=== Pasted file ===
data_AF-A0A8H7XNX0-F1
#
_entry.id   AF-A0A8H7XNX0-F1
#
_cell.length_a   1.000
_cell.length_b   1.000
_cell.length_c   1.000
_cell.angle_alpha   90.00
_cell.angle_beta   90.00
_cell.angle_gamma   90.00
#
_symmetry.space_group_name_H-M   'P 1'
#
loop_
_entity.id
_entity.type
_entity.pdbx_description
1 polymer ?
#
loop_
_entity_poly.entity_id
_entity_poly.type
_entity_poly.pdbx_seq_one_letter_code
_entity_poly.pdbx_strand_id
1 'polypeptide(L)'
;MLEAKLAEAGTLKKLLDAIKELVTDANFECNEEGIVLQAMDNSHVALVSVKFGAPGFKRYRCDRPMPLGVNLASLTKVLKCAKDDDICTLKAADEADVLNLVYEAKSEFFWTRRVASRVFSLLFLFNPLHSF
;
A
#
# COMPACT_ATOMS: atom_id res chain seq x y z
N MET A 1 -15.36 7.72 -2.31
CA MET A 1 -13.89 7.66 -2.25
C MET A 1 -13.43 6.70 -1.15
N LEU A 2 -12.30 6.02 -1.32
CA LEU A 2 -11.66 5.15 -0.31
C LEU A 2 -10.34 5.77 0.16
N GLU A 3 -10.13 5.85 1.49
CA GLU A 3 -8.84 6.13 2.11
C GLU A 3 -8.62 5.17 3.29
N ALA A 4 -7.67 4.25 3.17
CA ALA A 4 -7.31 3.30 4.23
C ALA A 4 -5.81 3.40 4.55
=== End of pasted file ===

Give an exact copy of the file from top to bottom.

data_AF-A0A8H7XNX0-F1
#
_entry.id   AF-A0A8H7XNX0-F1
#
_cell.length_a   1.000
_cell.length_b   1.000
_cell.length_c   1.000
_cell.angle_alpha   90.00
_cell.angle_beta   90.00
_cell.angle_gamma   90.00
#
_symmetry.space_group_name_H-M   'P 1'
#
loop_
_entity.id
_entity.type
_entity.pdbx_description
1 polymer ?
#
loop_
_entity_poly.entity_id
_entity_poly.type
_entity_poly.pdbx_seq_one_letter_code
_entity_poly.pdbx_strand_id
1 'polypeptide(L)'
;MLEAKLAEAGTLKKLLDAIKELVTDANFECNEEGIVLQAMDNSHVALVSVKFGAPGFKRYRCDRPMPLGVNLASLTKVLKCAKDDDICTLKAADEADVLNLVYEAKSEFFWTRRVASRVFSLLFLFNPLHSF
;
A
#
# COMPACT_ATOMS: atom_id res chain seq x y z
N MET A 1 -15.36 7.72 -2.31
CA MET A 1 -13.89 7.66 -2.25
C MET A 1 -13.43 6.70 -1.15
N LEU A 2 -12.30 6.02 -1.32
CA LEU A 2 -11.66 5.15 -0.31
C LEU A 2 -10.34 5.77 0.16
N GLU A 3 -10.13 5.85 1.49
CA GLU A 3 -8.84 6.13 2.11
C GLU A 3 -8.62 5.17 3.29
N ALA A 4 -7.67 4.25 3.17
CA ALA A 4 -7.31 3.30 4.23
C ALA A 4 -5.81 3.40 4.55